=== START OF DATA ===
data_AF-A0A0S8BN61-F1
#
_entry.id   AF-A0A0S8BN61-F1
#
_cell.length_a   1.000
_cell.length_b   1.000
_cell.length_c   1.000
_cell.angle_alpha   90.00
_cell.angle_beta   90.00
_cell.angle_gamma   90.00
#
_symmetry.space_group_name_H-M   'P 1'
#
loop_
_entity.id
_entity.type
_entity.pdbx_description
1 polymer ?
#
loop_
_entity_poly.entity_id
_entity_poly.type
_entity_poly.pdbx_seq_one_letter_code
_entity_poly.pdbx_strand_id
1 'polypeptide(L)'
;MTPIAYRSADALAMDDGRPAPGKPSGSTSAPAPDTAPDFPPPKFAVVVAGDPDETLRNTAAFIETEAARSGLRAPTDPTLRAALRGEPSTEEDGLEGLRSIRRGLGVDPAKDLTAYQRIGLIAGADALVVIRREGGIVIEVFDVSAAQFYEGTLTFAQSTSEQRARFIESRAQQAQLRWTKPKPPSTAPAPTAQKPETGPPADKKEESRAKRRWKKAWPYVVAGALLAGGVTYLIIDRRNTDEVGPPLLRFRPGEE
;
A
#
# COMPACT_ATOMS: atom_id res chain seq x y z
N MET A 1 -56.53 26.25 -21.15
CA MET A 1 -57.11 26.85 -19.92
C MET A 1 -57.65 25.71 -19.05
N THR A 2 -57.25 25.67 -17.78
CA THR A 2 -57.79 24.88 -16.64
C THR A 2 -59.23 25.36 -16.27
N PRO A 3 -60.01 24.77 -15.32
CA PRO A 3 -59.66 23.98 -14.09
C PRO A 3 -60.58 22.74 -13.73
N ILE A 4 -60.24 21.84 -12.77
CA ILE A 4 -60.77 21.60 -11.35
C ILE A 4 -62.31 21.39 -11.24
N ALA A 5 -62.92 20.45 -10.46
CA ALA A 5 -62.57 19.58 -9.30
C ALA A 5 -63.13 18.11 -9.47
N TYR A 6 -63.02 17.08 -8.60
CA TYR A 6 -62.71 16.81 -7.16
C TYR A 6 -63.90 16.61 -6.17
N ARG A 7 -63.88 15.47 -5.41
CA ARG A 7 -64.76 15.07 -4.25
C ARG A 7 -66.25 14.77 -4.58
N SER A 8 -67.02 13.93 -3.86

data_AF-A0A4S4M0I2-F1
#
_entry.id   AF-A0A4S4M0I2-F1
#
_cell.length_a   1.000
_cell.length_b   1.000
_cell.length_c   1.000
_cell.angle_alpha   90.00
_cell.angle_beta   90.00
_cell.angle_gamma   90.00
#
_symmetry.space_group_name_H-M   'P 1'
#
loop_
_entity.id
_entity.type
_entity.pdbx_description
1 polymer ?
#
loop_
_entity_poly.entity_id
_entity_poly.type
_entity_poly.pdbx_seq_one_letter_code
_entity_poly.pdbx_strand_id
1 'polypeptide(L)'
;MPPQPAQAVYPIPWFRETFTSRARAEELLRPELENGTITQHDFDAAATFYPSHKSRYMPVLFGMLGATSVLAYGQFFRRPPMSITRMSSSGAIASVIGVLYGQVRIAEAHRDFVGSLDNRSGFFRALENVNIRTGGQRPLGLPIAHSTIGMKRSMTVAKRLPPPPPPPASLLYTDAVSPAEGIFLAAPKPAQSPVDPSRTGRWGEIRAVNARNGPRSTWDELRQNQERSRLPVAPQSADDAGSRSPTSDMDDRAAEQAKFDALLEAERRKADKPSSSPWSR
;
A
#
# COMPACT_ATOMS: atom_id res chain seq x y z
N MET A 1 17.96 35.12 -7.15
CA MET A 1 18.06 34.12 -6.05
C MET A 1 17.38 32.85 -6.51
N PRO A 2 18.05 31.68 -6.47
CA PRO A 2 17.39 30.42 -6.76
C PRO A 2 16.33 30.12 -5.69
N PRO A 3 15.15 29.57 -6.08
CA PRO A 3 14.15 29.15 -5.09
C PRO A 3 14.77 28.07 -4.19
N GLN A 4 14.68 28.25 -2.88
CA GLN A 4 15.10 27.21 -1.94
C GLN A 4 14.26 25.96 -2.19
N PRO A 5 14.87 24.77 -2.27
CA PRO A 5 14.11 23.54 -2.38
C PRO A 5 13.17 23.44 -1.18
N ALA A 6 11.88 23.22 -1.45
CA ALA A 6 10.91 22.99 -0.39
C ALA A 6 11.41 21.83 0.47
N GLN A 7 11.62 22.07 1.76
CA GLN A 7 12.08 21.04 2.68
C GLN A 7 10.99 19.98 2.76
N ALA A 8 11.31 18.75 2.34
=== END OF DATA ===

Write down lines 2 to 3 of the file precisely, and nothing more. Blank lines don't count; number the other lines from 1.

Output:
#
_entry.id   AF-A0A0S8BN61-F1